Welcome to Bookmarker!

This is a personal project by @dellsystem. I built this to help me retain information from the books I'm reading.

Source code on GitHub (MIT license).

The global economy’s embrace of Representation Nation suggests that my generation’s campus identity politics boiled down, in the end, to a set of modest political goals that were frequently (and deceptively) cloaked in immodest rhetoric and tactics. This isn’t a P.C. mea culpa—I’m proud of the small victories we won for better lighting on campus, more women faculty members and a less Eurocentric curriculum (to dig up a much-maligned phrase from my P.C. days). What I question is the battles we North American culture warriors never quite got around to. Poverty wasn’t an issue that came up much back then; sure, every once in a while in our crusades against the trio of ’isms, somebody would bring up “classism,” and, being out-P.C.-ed, we would dutifully add “classism” to the hit list in question. But our criticism was focused on the representation of women and minorities within the structures of power, not on the economics behind those power structures. “Discrimination against poverty” (our understanding of injustice was generally construed as discrimination against something) couldn’t be solved by changing perceptions or language or even, strictly speaking, individual behavior. The basic demands of identity politics assumed an atmosphere of plenty. In the seventies and eighties, that plenty had existed and women and non-whites were able to battle over how the collective pie would be divided: would white men learn to share, or would they keep hogging it? In the representational politics of the New Economy nineties, however, women as well as men, and whites as well as people of color, were now fighting their battles over a single, shrinking piece of pie—and consistently failing to ask what was happening to the rest of it. For us, as students, to address the problems at the roots of “classism” we would have had to face up to core issues of wealth distribution—and, unlike sexism, racism or homophobia, that was not what we used to call “an awareness problem.”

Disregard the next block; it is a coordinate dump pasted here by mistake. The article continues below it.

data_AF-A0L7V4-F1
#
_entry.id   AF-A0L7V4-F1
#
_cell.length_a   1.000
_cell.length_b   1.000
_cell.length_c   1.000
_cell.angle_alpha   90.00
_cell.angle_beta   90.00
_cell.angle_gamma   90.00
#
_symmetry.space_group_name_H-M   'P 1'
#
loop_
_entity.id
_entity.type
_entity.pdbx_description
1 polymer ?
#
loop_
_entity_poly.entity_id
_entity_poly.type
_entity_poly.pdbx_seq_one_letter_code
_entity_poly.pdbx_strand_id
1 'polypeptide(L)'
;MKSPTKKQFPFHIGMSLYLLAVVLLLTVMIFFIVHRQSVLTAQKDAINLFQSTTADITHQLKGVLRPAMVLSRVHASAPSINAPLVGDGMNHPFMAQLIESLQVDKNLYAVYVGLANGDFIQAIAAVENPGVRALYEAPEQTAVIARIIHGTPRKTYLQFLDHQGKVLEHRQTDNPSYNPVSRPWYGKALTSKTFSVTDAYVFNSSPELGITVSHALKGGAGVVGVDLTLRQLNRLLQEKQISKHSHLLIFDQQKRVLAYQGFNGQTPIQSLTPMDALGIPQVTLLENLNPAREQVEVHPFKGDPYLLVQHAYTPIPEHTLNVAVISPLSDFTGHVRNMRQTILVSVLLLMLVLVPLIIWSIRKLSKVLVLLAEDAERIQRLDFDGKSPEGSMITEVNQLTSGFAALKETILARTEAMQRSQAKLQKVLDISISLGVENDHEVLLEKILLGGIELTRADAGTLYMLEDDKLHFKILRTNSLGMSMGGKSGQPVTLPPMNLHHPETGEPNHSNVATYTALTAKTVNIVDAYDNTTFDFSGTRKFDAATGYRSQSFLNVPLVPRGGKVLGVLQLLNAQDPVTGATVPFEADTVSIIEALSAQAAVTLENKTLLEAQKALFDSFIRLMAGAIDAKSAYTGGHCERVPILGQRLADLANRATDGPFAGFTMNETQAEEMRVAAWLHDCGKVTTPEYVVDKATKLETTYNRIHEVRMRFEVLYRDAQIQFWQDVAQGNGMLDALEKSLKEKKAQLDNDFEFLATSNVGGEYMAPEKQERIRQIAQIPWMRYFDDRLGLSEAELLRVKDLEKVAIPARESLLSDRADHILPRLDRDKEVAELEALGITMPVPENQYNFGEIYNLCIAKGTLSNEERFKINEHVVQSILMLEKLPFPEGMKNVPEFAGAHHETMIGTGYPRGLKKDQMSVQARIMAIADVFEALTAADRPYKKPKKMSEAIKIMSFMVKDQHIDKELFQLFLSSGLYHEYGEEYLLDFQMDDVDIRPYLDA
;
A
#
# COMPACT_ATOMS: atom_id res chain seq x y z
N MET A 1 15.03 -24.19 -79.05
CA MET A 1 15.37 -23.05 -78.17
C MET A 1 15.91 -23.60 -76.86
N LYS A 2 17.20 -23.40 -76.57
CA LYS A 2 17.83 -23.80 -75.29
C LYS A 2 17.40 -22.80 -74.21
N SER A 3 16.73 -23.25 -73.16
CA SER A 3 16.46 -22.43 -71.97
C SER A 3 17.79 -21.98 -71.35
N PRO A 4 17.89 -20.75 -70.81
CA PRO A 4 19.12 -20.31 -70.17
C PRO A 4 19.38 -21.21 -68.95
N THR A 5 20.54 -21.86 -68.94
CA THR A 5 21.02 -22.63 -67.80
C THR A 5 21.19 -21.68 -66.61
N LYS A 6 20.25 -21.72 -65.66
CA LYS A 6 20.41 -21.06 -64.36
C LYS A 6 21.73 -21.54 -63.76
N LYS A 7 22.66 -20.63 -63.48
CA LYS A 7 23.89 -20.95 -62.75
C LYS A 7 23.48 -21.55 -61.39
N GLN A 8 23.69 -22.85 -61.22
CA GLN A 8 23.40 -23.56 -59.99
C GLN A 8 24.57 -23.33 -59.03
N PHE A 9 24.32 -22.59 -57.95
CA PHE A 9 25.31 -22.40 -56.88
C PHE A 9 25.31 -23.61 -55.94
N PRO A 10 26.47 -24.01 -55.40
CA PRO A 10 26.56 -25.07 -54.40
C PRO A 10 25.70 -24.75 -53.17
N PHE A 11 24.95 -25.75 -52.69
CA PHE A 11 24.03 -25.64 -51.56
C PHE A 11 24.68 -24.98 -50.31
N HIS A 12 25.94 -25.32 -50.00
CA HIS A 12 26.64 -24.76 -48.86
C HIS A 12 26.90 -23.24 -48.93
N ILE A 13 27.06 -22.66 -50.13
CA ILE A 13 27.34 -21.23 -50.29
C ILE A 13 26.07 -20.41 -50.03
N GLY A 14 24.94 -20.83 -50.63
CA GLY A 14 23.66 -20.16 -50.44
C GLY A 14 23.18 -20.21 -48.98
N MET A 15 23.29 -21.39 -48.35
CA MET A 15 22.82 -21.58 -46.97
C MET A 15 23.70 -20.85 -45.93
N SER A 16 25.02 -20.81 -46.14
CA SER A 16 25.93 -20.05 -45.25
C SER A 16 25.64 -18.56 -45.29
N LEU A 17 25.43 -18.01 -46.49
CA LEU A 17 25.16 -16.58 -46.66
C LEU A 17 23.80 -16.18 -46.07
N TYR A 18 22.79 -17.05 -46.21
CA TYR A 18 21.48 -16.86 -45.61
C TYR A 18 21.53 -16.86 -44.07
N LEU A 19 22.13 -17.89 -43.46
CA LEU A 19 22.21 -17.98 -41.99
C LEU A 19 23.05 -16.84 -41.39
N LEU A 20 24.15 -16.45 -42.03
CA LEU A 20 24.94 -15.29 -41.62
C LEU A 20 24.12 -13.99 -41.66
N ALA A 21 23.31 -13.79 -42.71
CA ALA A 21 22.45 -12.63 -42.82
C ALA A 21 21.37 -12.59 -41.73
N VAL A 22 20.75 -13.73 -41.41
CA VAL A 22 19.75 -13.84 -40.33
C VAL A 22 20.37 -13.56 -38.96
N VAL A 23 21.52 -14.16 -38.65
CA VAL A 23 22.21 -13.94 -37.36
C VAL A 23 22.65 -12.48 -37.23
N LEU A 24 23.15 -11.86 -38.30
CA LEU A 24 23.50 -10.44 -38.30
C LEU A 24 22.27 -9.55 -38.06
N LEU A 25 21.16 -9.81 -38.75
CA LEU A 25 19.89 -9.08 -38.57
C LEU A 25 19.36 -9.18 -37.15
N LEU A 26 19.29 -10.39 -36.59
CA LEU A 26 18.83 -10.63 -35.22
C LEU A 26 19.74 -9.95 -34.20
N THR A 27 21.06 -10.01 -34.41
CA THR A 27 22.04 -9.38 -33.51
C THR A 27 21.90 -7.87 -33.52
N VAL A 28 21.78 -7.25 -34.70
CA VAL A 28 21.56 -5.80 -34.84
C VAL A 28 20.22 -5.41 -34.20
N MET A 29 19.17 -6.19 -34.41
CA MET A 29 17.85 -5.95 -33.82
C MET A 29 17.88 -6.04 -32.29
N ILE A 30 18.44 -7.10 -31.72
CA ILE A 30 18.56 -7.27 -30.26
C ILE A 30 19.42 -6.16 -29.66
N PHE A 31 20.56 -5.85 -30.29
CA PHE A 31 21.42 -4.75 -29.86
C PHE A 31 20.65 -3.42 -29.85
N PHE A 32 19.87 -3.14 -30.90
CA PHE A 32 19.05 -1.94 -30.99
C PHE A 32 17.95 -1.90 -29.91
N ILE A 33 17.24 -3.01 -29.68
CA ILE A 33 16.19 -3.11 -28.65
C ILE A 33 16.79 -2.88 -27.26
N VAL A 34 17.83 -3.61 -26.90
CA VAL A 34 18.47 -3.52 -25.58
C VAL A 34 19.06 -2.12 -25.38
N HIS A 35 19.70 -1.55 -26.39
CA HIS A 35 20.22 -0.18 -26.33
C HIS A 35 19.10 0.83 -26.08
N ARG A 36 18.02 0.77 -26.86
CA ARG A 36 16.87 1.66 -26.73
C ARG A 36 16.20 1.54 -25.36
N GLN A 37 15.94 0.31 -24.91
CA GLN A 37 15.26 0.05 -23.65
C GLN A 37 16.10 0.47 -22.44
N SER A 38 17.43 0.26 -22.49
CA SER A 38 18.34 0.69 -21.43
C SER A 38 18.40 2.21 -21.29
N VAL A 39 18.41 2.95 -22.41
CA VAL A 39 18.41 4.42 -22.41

—p.121 No Space (1) by Naomi Klein 3 years ago